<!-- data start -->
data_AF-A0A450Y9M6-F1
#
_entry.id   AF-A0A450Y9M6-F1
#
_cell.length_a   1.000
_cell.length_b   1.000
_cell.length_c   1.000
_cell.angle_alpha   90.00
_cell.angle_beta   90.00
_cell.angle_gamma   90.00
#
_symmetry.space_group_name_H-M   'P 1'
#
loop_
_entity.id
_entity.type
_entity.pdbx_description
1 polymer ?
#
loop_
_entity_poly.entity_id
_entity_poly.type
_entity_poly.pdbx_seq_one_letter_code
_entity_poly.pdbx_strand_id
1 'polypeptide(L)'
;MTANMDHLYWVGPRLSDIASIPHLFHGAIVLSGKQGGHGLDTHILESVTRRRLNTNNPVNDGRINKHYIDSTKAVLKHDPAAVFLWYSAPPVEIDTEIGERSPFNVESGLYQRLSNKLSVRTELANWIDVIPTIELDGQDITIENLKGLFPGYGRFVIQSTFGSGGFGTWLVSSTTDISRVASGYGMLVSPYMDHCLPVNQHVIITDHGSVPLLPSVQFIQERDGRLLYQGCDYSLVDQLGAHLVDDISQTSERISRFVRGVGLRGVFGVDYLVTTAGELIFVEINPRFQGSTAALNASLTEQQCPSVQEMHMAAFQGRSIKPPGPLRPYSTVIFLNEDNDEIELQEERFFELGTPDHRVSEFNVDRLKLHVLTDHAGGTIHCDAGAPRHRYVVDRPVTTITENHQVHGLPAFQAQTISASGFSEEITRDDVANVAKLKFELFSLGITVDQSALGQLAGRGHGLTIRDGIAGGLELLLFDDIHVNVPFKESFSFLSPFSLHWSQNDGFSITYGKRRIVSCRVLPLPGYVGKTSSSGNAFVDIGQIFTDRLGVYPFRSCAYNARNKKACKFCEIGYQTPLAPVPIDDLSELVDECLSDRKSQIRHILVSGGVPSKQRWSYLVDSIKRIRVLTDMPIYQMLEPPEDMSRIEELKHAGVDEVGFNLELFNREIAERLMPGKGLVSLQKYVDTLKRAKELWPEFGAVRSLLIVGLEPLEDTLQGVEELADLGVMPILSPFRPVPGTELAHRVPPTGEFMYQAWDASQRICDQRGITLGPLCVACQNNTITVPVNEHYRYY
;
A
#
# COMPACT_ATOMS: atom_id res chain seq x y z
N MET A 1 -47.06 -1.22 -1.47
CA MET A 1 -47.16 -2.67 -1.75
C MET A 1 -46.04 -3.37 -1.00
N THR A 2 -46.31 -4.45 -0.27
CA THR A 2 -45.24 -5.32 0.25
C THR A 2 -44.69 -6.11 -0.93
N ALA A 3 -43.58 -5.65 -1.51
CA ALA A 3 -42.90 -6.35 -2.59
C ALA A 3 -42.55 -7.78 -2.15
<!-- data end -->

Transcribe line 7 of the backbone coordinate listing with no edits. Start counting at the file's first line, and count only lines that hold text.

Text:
_cell.length_c   1.000